I am basically an armchair enthusiast when it comes to marine life - I love it but not enough to do much about it. I came to Galaxidi partly because of that latent interest and mainly because I couldn't stand the thought of another holiday on my own in the UK. I got more than I bargained for. I learned a lot about dolphins, enough I hope to inspire me to shop more responsibly for fish - to avoid farmed fish and anything that is not environmentally sound in terms of the sea. I developed huge respect for the work of Tethys, particularly the care taken to use the data in a scientifically valid way. I also very much enjoyed swimming in the Gulf and watching all the fish in their natural habitat. I shall never feel the same about dolphinia or aquaria again. Galaxidi is a beautiful place, both physically and as a community. My only regret is that I didn't have more time to explore the area. As for our hosts Stefano and Susie, what can I say? They are charming and supportive and have the greatest integrity towards their work. Thanks and best wishes.

Kate (UK)


It has been a life long dream of mine to actually expierience dolphins in their natural habitat - and coming here was the fulfillment of that dream. It is a week that I will remember for the rest of my life. Realising that dolphin can be remembered by their markings and the nicknames we have given them whilst being here, there are a few very special ones that will always remain close to my heart. Capturing the data with regard to the dolphins has given me great insight into what is required for the preservation and I shall continue to pass all this information on to others. Not only has it been great at sea but the Team was a great bunch of people and I have made new friends all of whom contributed to this expierience with loads of laughter. Many thanks to Tethys for allowing me this experience and a huge thank you to Stefano and Susie... I had a great time. So you will have to put up with me for another week!

Chris (South Africa; now living in the UK)

29 May 2010

Cetacean Cultures and Cetacean Rights

by Hal Whitehead (Dalhousie University, Canada)

ABSTRACT from "Cetacean Rights: Fostering a Moral and Legal Change Conference", Helsinki Collegium for Advanced Studies, University of Helsinki Finland, 21-22 May 2010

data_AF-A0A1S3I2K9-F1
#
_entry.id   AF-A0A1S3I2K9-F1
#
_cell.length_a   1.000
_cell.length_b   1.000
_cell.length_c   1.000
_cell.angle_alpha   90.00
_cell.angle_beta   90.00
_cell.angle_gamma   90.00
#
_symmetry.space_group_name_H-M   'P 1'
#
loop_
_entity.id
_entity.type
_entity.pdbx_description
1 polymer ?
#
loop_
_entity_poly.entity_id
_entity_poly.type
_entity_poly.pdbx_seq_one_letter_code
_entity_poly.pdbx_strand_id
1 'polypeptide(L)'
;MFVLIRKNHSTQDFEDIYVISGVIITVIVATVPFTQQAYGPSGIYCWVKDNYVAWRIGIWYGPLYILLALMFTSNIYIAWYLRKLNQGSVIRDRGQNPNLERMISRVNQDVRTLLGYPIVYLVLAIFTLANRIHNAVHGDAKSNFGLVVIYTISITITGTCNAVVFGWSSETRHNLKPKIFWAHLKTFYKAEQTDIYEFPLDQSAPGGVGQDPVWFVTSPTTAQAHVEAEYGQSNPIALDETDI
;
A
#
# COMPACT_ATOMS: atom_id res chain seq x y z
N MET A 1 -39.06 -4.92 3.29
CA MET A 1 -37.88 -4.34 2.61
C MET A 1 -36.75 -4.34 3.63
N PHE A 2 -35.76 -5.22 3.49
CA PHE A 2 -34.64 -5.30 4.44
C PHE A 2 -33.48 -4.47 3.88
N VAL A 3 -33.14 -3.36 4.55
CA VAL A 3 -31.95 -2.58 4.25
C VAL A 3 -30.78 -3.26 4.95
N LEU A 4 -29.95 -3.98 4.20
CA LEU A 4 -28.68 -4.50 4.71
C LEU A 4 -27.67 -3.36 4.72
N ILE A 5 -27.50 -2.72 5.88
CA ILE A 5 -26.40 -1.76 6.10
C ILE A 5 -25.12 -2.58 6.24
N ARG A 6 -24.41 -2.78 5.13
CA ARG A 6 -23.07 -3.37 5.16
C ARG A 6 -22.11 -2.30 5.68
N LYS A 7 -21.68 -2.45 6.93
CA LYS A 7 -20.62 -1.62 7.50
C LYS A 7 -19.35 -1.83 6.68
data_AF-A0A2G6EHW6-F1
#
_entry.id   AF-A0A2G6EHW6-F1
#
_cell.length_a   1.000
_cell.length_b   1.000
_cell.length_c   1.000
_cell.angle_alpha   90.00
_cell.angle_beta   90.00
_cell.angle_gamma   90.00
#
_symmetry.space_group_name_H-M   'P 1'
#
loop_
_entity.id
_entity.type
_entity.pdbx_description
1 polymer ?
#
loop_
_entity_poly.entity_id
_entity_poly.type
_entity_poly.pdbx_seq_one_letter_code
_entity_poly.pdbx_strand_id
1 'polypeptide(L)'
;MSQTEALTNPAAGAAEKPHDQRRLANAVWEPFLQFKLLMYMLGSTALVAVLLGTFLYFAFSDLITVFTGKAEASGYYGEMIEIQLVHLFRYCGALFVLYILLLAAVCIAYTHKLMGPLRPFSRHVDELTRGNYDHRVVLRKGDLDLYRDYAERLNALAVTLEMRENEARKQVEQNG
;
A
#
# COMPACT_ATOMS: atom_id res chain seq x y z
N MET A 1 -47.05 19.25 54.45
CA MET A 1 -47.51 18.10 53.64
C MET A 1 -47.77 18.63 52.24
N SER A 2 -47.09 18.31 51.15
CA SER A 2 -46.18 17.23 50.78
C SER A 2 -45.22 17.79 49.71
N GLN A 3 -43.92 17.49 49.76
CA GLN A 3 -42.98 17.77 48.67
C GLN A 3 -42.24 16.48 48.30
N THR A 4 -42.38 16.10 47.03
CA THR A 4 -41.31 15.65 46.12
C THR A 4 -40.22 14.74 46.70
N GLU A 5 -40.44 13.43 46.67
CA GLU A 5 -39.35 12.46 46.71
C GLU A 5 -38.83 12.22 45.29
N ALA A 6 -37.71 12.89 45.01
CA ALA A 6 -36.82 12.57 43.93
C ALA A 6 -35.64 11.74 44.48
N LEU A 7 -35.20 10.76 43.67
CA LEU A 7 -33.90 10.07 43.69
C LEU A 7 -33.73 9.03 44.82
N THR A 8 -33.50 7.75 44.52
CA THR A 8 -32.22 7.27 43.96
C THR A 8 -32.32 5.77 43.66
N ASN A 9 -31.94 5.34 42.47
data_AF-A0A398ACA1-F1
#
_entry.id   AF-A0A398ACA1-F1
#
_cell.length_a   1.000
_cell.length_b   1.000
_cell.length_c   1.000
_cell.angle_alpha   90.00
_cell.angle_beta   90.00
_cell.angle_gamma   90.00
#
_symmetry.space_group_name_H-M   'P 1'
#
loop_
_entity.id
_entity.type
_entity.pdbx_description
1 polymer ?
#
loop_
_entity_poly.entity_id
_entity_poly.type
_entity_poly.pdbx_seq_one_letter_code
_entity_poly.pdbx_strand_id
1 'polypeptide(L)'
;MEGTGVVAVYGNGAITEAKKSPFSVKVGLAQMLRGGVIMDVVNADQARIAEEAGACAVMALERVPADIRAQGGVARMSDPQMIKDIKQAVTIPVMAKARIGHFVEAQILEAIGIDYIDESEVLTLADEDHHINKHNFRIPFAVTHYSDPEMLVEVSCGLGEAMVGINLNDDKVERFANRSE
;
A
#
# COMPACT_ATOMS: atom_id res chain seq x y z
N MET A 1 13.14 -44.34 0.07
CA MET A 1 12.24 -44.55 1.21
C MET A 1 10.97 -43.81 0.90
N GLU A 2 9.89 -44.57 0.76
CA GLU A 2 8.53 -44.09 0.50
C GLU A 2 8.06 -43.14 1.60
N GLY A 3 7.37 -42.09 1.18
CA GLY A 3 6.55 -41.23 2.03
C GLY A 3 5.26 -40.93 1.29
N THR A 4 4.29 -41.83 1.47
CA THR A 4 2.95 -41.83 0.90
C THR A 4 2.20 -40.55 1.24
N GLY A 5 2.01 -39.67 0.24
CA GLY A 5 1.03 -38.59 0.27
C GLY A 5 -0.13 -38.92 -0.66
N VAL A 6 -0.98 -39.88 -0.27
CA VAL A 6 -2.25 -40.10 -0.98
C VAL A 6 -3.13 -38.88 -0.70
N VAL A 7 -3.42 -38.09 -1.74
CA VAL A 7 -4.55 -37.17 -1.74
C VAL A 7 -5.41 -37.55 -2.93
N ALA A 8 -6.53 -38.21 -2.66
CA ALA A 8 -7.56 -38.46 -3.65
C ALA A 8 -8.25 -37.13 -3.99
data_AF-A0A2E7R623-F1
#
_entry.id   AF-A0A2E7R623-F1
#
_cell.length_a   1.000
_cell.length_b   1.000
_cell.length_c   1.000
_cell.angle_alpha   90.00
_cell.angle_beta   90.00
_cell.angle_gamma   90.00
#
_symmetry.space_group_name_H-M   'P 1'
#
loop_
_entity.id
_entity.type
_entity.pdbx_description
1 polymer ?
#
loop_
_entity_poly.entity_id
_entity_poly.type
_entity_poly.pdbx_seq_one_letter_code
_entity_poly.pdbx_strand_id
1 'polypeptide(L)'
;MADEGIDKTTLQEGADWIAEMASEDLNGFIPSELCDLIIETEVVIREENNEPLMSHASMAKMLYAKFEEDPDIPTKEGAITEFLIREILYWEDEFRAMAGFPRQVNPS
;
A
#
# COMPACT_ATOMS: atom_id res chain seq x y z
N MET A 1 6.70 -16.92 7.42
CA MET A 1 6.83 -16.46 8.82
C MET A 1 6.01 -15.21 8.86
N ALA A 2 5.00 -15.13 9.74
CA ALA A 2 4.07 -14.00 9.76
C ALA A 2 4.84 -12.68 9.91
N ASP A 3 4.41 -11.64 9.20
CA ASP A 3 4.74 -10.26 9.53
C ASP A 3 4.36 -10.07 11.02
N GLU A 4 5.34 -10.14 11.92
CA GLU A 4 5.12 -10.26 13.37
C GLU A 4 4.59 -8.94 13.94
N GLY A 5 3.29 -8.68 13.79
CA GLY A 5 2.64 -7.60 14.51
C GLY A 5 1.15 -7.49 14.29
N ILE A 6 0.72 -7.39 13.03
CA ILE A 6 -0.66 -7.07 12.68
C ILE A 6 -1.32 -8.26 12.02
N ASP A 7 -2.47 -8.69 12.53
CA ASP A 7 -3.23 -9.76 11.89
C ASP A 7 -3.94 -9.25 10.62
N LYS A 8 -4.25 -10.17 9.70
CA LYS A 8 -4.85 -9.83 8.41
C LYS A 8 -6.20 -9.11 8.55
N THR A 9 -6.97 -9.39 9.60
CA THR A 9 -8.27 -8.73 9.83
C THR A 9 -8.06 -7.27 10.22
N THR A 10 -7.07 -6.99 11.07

Culture is a vital constituent of the modern human, in some respects “the” vital constituent, and is often presented as the defining difference between humans and other animals. It can then be argued that species which also have advanced cultures should be included with humans in an extended moral community. A key element here is “advanced”. By many definitions of culture (such as “socially-learned group-specific information or behaviour shared by members of a group”), many species have it. But only in a very few non-human species has culture become a major determinant of many forms of behaviour. Evidence is growing that for at least some cetacean species, culture is both sophisticated and important. When this happens, processes which are important, but rare or absent in the standard genetically-evolved species, begin to operate: cultural group selection, conformism, cultural ethnicity with symbolic markers, and so on. These processes change the nature of society, individual roles within societies, as well as the ecology of the species. There is strong selection within such species to use this culture effectively. Perhaps this “culturaldrive” is a principal or contributing cause as to why cetaceans, humans and a few other species have evolved self-awareness, large brains, and astute intelligences. Thus there are good reasons to give highly cultural species special considerations. They are “more like us” not only because of the culture itself, but also because the advanced culture is at least a marker, and perhaps a cause, of other attributes that we think of as particularly human.

Cetaceans have rights

On May 21st and 22nd, the University of Helsinki (Finland) hosted a conference titled “Cetacean rights: conference on fostering moral and legal change”.

The conference - enriched by the presence of cetacean experts such as Hal Whitehead and Lori Marino - ended up with the ‘Declaration of rights for cetaceans: whales and dolphins” where it is stated:

Based on the principle of the equal treatment of all persons;

Recognizing that scientific research gives us deeper insights into the complexities of cetacean minds, societies and cultures;

Noting that the progressive development of international law manifests a growing sense of entitlement by cetaceans;

We affirm that all cetaceans as persons have the right to life, liberty and wellbeing. 

We believe that:
  1. Every individual cetacean has the right to life.
  2. No cetacean should be held in captivity or servitude; be subject to cruel treatment; or be removed from their natural environment.
  3. All cetaceans have the right to freedom of movement and residence within their natural environment.
  4. No cetacean is the property of any State, corporation, human group or individual.
  5. Cetaceans have the right to the protection of their natural environment.
  6. Cetaceans have the right not to be subject to the disruption of their cultures.
  7. The rights, freedoms and norms set forth in this Declaration should be protected under international and domestic law.